>> ultimately reeks of NIH rather than a Cool Tweak)?
>>> 3. Be SPECIFIC about what practitioners must do moving forward. I
>>> think you've made a good start on this, to the extent that you have
>>> lots of "SHOULDS." I would argue that more specificity of a different
>>> kind is needed; if data architects SHOULD be following more abstract
>>> EAV conceptualizations, what exactly should they do in practice?
>> Hmm.. will see what I can do.
>> This is a seed document (I hope). Anyone (including yourself) should be
>> able to add perspective to it etc..
>>> Finally, on the deeper question of motivation, I suggest that while a
>>> historical argument can be made that RDF is likely a subset or special
>>> case of EAV, the community has developed convenient and familiar
>>> languages for expressing RDF (such as N3 and Turtle); practitioners
>>> are much less familiar with EAV. Does the community really lose
>>> anything by using RDF as its shorthand?
>> RDF is a variant of EAV courtesy of Generic HTTP scheme Identifiers for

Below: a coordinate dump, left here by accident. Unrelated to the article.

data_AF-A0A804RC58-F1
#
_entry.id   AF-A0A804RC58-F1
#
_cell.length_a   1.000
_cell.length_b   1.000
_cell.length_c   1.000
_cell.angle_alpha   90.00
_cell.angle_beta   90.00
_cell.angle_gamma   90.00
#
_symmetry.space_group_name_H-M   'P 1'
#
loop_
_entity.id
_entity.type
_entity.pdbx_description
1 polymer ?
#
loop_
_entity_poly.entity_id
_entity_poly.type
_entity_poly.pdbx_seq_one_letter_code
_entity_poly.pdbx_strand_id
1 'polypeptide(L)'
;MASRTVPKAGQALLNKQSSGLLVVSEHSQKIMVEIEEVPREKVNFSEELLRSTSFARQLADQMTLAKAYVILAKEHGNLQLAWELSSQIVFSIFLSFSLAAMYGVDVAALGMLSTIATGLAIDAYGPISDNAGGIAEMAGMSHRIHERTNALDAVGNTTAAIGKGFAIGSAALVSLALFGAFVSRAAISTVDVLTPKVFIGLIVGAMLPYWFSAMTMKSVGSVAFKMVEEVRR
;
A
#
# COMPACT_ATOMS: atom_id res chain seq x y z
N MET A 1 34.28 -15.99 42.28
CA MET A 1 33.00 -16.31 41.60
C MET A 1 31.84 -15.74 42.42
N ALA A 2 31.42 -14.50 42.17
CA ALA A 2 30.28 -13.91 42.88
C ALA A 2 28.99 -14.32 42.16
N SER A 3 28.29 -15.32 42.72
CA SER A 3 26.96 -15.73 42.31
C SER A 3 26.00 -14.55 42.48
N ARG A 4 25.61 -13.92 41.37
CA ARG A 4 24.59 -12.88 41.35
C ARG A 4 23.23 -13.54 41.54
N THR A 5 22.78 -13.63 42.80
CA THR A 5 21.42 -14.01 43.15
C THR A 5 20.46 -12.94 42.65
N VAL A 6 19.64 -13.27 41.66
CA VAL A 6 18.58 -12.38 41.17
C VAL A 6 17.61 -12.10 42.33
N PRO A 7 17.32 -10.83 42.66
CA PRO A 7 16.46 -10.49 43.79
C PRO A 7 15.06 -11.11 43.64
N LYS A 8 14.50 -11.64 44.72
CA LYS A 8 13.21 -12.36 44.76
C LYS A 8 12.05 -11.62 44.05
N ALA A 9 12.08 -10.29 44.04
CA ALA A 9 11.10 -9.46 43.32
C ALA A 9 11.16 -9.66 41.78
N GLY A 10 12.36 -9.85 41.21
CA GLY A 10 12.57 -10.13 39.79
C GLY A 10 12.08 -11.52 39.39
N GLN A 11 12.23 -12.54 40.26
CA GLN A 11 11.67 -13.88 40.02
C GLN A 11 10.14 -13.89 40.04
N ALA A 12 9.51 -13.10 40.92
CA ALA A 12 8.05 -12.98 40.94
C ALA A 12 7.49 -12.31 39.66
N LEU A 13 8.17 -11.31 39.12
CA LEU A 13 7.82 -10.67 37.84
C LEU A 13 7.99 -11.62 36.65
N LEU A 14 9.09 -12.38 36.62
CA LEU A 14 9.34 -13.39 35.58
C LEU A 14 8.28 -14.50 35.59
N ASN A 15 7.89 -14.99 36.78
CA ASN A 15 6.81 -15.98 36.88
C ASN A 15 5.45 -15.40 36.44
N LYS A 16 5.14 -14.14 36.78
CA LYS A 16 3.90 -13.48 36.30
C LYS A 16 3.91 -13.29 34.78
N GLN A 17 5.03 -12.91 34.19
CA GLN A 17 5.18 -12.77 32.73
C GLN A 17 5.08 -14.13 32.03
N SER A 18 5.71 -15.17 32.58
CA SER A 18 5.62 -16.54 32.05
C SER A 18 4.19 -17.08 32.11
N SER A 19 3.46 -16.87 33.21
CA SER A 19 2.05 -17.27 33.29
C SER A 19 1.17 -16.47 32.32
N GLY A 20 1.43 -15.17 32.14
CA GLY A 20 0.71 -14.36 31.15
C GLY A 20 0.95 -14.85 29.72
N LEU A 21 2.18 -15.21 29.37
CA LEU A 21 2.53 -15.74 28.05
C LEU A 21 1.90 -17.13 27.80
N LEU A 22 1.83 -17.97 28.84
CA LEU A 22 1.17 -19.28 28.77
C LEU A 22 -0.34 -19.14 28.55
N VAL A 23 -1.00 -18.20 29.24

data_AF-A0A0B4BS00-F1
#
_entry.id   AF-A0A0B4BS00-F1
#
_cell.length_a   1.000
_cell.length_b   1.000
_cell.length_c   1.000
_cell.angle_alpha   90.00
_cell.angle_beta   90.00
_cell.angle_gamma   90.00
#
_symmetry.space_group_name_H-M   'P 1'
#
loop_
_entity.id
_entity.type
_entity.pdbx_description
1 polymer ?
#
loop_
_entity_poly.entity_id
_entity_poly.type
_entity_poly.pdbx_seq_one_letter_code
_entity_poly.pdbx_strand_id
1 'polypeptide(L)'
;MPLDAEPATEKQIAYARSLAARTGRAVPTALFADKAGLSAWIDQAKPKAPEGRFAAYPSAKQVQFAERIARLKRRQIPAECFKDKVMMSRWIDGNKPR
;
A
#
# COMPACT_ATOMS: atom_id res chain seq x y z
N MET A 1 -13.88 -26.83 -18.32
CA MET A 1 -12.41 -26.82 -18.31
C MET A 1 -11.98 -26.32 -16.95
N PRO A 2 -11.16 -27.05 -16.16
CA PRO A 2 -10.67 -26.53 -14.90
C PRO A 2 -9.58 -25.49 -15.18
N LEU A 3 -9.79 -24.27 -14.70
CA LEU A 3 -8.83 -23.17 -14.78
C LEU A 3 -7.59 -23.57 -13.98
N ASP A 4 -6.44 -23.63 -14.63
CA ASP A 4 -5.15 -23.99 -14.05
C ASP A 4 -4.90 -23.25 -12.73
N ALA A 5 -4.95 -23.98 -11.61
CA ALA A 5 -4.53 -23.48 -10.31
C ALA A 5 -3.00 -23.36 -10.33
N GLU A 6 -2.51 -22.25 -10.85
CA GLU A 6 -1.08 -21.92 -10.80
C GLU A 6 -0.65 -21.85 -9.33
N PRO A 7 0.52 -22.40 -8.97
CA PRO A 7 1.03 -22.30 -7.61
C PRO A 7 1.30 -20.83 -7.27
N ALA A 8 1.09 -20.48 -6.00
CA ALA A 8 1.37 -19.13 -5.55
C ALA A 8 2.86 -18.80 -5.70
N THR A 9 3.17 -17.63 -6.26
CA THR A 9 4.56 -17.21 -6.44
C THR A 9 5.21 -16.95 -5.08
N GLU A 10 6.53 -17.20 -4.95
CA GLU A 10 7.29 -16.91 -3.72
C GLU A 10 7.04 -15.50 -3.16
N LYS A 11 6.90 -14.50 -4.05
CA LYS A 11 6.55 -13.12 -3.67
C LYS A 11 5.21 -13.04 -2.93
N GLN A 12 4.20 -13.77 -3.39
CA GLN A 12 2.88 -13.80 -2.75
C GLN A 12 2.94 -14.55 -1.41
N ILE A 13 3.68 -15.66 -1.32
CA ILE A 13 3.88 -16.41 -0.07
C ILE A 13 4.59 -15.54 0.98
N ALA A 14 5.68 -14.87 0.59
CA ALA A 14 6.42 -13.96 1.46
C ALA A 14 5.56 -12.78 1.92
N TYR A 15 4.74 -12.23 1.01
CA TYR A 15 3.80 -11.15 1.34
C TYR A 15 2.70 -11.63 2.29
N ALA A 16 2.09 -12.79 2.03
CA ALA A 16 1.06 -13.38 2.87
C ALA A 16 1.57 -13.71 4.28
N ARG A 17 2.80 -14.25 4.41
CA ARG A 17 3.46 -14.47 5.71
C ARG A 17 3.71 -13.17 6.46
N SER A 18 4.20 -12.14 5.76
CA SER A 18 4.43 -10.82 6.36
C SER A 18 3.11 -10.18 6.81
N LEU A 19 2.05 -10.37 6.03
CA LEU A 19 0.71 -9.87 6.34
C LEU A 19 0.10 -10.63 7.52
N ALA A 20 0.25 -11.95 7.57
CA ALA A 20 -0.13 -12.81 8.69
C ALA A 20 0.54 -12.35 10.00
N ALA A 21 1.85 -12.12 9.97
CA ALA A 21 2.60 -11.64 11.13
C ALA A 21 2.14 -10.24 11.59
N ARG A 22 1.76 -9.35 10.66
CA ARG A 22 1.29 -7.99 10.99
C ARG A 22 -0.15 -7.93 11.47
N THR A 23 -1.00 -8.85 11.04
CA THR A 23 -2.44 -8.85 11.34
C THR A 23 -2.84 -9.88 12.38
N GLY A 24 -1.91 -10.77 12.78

>> Names.
>> Nothing in what I am saying or seeking dislocates RDF from the big
>> picture here. It just isn't the item for starting conversations with
>> people outside the Semantic Web Community (still very small in the grand
>> scale of things).
>> I am simply seeking to extend the picture (coherently) without
>> unnecessary RDF specificity.
>> OData, GData, Core Data, are all EAV model based, in the very worst case
>> they make RDF based Linked Data easier to generate, thus a win-win.
>> Sadly, that isn't how these other EAV based approaches are perceived,
>> the gut instinct is to pick them apart as not conforming to the RDF
>> based Linked Data principles (btw -- when TimBL added RDF and SPARQL to
>> the meme, he basically put a crack in the pot IMHO).
>>> Perhaps you can suggest a pattern within current RDF practice that
>>> more strongly enforces EAV principles?
>> RDF is all fine re. EAV.
>> It about getting other communities (e.g. WEb 2.0) to adopt and exploit
>> EAV via use of de-referencable Identifiers (Names).
>> What I am hoping is that we just tweak how we introduce Linked Data,
>> establish the fact that we have a common data model at the base, a model
>> that we already use (in our heads) and across almost every application
>> we've worked with to date. Then show how Linked Data is ultimately about
>> deconstructing application data silos so that we have a much richer
>> corpus of structured data, across a myriad of boundaries (application,
>> OS, network etc..), that amenable to "data meshing" rather than "data